(RxWiki News) If you have ever worked with children, you have probably witnessed an upsetting incident of a group of children excluding a peer.
In a recent study, researchers investigated how children think about the problem of social exclusion, discovering that there are many reasons, both good and bad, for the event.
"Teach children to think about why they exclude."
Holly Recchia, PhD in the Department of Education at Concordia University in Canada partnered with researchers at the University of Utah to look into the childhood experience of being excluded with the hopes of understanding why it occurs.
A total of 84 children were interviewed about a time they excluded a peer, the children were separated into average age groups of 7-year olds, 11-year olds and 17-year olds.
Each child was asked, “Tell me about a time when you and a group of kids were doing something together and another kid wanted to join in, but you guys didn’t let the kid join in and the kid got left out.”
After telling a specific story, the children were then asked why they excluded the other person and whether or not they believed it was a good reason.
Five general reasons came up when the children described why they excluded someone. The reasons were: dislike of the other child, the child’s lack of knowledge/ability to join the game, the other child not “belonging”, situational limitations (too many people involved, not enough space, etc), and finally, peer pressure to exclude.
A majority of the youngest children said that they excluded someone because of factors outside of their control, for example, “There was just no more room at the table.” This finding led researchers to suggest that younger children aren’t aware of their own role in the event.
The researchers found that a dislike for the peer or the belief that the peer didn’t belong were reasons more likely to be used among the older children.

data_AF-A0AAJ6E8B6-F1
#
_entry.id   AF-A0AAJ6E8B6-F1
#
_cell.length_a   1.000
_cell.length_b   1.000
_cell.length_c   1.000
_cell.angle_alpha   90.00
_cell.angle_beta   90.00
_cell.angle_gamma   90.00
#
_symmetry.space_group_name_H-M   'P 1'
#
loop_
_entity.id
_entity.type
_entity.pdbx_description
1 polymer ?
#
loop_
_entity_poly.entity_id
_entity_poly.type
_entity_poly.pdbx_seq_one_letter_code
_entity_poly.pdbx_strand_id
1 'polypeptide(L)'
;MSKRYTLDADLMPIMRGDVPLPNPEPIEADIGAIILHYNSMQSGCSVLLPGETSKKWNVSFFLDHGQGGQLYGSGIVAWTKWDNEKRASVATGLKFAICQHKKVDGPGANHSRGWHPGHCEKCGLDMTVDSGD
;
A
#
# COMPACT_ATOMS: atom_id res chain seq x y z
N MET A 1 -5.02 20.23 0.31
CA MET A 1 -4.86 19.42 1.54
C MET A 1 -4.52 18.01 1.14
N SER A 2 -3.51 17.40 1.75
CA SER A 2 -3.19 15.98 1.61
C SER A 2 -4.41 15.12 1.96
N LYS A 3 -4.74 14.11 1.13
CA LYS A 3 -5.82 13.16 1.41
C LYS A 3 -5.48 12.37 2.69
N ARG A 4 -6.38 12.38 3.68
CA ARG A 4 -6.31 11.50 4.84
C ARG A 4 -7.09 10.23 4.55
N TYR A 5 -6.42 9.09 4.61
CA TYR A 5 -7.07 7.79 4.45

In the 7-year old group, 93 percent of the children believed that any reason for exclusion was not good. But, as the children got older, they gave more mixed responses; they were less sure about whether their reasons for excluding others were good or bad.
The researchers stated that as the children got older, they believed that sometimes exclusion was okay and even necessary. In fact, 50 percent of the 17-year olds believed they had a good reason for excluding someone.
The researchers concluded that there are multiple reasons that children choose to exclude someone, but as children get older, their reasons have more to do with personal feelings and social expectations.
The study suggests that a “one-size-fits-all” model of approaching the problem wouldn’t work since children vary so much through the years. Future interventions might be more successful if they approach the problem of exclusion from several perspectives and take into account the growing social concerns that happen in older children.
Dailyrx contributing expert, LuAnn Pierce, LMSW, said of the findings, "In terms of parenting or working with young kids, it is important to teach them to use logic and reasoning, problem solving and decision making. Equally important is that we encourage them to be kind, assertive and take actions based on their own values, even when it is not popular or easy. adults may want to focus on teaching collaboration and help kids to think outside the box for alternatives."
This study was published in the recent edition of the Journal of Cognitive Development and was funded by a fellowship from the Social Sciences and Humanities Research Council of Canada. No conflicts of interest were reported.